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Fans of the British royal family are celebrating the arrival of the 7th in line to the British throne, and even some of us here in the colonies will admire the paparazzi pics of baby Sussex and speculate about what his first name will be. It seems unlikely that this Little Prince will be born into a world of financial worries. For the rest of us commoners, though, having a baby is a fundamental life change that raises new financial and legal considerations.

Prince Harry and Meghan, Duchess of Sussex are a young, married, heterosexual couple having their first child, but there can, of course, be many, many variations on expanding the family. A parent may be single. Parents may be same-sex. Parents may not be married. Parents may not be romantic partners. One or both parents may be re-partnered and already have children with a previous partner, meaning the new baby will have step-siblings. Parents may choose adoption, insemination or surrogacy, each of which comes with its own set of legal concerns and requirements. And there are many other possibilities.

Updating Estate Planning Tools to Reflect New Additions to the Family

The arrival of a new child in any family can be a wonderful incentive for people to turn their minds to legal or financial housekeeping that they may have been ignoring, such as revisiting insurance coverage, and making or updating wills and powers of attorney. Just as young parents-to-be have often built the crib and painted the nursery, it’s equally important to ensure that the legal basics are also in place.

If this is a first child, chances are that young parents may not have wills at all, or if they do, their wills most likely will need updating to include inheritance considerations related to the baby. And, while no-one wants to put their minds to this at such a joyful time, it is prudent to make sure that any parent’s will includes specific instructions about guardianship of minor children, and guardianship of money for those children, in the event of a parent’s death. Difficult though it may be, responsible planning for a new parent includes discussion and agreement about who could be named as guardian in the event of a tragedy.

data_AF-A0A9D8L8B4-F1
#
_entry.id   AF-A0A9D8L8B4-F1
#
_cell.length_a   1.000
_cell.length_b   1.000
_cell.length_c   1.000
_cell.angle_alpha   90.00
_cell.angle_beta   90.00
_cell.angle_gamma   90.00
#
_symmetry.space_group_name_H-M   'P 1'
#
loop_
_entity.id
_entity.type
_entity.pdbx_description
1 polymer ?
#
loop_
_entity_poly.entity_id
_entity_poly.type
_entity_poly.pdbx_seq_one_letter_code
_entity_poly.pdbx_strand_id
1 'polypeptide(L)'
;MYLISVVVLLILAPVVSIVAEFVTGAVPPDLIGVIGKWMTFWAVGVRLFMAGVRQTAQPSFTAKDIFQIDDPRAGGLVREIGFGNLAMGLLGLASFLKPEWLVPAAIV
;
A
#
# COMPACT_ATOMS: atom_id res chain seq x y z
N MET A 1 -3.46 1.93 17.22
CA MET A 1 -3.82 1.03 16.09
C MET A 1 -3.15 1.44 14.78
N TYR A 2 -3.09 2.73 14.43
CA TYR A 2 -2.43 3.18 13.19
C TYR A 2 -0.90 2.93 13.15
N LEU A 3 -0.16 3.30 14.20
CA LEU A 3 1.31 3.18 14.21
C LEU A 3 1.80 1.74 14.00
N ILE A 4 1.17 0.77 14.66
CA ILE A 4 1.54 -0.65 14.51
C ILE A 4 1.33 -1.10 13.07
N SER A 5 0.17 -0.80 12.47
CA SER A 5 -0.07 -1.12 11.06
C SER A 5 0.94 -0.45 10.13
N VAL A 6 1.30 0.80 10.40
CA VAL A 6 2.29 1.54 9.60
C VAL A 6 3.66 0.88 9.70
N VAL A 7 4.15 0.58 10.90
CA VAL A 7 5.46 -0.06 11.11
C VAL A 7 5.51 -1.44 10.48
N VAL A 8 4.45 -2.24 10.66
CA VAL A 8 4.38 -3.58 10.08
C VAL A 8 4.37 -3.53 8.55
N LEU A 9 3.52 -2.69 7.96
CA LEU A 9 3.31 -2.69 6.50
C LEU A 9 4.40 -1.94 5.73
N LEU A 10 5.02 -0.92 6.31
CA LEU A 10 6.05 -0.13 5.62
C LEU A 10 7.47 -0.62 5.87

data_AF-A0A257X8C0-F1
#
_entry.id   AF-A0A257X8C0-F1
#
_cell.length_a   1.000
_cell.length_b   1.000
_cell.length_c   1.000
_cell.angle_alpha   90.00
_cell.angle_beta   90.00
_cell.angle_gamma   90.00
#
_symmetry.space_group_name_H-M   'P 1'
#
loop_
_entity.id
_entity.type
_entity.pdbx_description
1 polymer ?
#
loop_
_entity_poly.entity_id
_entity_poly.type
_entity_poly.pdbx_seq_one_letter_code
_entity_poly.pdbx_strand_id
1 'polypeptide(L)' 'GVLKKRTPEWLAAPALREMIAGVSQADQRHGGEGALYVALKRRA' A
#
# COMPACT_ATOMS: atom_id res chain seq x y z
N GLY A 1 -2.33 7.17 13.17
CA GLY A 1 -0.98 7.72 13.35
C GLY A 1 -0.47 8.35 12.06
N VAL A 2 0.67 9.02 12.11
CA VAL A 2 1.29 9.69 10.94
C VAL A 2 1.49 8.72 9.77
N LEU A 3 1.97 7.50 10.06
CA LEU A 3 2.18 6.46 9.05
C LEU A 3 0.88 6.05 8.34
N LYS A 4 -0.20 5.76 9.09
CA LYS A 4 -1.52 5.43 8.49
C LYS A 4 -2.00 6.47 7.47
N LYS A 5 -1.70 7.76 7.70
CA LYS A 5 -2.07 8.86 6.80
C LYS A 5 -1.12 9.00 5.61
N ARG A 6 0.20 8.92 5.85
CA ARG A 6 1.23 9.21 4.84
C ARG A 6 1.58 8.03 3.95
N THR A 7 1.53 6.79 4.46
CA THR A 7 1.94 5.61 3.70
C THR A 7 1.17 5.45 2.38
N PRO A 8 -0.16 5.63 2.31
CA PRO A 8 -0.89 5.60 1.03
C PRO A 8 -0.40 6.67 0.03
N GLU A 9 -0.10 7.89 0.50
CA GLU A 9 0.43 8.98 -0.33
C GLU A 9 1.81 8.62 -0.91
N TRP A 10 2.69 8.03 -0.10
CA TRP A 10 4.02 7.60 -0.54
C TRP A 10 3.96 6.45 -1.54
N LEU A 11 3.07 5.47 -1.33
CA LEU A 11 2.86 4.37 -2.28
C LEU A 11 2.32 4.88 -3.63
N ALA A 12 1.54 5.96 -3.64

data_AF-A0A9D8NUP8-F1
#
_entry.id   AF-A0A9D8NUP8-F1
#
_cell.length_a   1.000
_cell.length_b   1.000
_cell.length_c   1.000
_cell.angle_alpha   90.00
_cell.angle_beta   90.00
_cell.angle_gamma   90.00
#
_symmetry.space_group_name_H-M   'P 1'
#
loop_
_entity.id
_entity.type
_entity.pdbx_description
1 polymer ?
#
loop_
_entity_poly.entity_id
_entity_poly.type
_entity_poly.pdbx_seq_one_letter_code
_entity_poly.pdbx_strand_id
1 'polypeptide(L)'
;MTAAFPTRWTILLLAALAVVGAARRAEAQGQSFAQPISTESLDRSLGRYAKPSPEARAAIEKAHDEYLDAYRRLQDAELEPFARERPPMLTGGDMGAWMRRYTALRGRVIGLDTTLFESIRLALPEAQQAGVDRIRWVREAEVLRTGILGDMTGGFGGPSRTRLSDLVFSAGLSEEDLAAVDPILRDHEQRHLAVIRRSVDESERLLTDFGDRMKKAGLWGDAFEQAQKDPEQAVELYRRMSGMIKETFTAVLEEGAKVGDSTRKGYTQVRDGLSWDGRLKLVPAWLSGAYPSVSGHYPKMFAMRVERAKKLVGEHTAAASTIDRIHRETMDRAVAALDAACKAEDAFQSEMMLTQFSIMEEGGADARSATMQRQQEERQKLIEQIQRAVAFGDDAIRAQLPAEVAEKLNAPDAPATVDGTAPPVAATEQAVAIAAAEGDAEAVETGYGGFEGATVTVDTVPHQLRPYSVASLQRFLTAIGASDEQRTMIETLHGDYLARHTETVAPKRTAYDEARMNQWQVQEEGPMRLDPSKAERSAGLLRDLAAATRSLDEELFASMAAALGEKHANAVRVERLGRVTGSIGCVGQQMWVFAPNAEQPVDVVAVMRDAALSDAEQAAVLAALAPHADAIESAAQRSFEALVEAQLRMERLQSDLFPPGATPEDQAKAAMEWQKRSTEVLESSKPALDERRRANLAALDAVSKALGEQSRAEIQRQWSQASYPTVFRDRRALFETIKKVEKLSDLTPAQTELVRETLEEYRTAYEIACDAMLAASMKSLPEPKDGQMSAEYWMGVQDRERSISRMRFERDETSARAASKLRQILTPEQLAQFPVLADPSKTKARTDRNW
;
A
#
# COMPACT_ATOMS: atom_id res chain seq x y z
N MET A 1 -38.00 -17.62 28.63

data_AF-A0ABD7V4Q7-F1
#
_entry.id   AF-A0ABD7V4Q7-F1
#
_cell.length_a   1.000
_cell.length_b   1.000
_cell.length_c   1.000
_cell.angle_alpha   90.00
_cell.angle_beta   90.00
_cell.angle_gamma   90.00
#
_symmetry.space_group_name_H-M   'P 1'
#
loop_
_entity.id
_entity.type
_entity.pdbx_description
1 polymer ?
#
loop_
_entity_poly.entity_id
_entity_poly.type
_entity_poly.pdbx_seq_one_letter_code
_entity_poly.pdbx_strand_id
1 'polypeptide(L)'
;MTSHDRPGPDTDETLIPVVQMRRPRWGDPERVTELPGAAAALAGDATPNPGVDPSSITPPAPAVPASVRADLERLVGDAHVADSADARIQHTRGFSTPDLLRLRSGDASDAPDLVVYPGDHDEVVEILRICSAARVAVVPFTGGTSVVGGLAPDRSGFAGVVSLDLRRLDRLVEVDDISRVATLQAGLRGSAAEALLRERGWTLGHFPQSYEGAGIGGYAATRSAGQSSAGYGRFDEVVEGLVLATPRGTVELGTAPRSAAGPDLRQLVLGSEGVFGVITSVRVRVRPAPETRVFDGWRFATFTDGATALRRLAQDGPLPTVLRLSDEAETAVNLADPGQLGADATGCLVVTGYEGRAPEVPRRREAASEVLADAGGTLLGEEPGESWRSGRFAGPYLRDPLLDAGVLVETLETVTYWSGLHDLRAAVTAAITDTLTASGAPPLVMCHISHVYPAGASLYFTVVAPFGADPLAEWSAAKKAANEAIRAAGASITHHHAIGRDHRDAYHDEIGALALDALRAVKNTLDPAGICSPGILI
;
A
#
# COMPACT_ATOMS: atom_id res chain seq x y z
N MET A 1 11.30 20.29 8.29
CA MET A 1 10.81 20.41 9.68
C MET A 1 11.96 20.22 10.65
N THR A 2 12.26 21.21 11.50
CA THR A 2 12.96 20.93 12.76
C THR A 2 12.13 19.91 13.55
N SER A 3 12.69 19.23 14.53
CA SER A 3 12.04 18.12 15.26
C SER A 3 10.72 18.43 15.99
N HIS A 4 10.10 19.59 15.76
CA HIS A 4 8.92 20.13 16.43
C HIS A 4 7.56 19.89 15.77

For a family bringing home a new baby, it may feel like the only thing growing faster than the laundry pile is the “pile” of expenses. It would understandably be tempting to look for a less expensive alternative for preparing wills than consulting and paying a reputable lawyer. But this is not the place to cut corners by going a “do-it-yourself” route.  A will that is completely handwritten (known as a “holograph” will) is technically legal in many jurisdictions. Ontario’s Succession Law Reform Act allows for holograph wills, stating, “A testator may make a valid will wholly by his or her own handwriting and signature, without formality, and without the presence, attestation or signature of a witness.” Big box business supply stores carry “will kits” with fill-in-the-blank options, and in recent years many online will-making services have become available. 

The potential for omissions or errors, however, makes a will prepared without full legal advice an extremely unwise option. We strongly encourage new parents to make an appointment to come in and discuss face-to-face the reconfigured family’s best options. Young parents are very familiar with the overwhelming range of parenting choices. Which is best, cloth or disposable diapers? Co-sleeping or bassinet? Imagine the significant choices to be faced when making a will. Each individual family situation will raise unique questions whose answers will dictate specific testamentary wording. At an in-person meeting, a lawyer can ask all the right questions to ensure your choices (literally, your “will”) end up fully expressed in the final document.

We generally recommend that clients making or updating wills also prepare Powers of Attorney – documents that give another person the authority to make your financial or healthcare decisions if you are incapacitated. Once the will and power of attorney documents are completed, signed and witnessed, they can be checked off the “to-do” list and will only need to be revisited with the birth of another child, or another extremely significant change in the family’s circumstances. People further up the family tree, particularly grandparents, may also want to review their wills when a new grandchild comes along. Some grandparents might want to research tax-free gifting options. In some families, the question of establishing or amending a trust may arise. We can advise on this as well.

Seek Advice on Estate Planning Updates From an Experienced Lawyer

Harry and Meghan will have a legion of helpers over at Windsor Castle. For others with a new baby, life will take a turn for the hectic. It takes a village, as the saying goes. We won’t offer to come over and babysit or change diapers, but we can help with wills, estate planning and other legal issues that can arise when a family expands.  At Gelman & Associates, our knowledgeable and compassionate lawyers provide exceptional legal representation in all family law matters. Our goal is to always empower clients to make informed decisions about their future.

With six offices throughout Aurora, Barrie, Downtown Toronto, Mississauga, North York and Scarborough, we are easily accessible by transit and off-highway. Our phone lines are open Monday to Friday from 8:00 a.m. to 8:00 p.m. Call us at (844) 769-0737 or 1-844-769-0737 or contact us online for an initial consultation.

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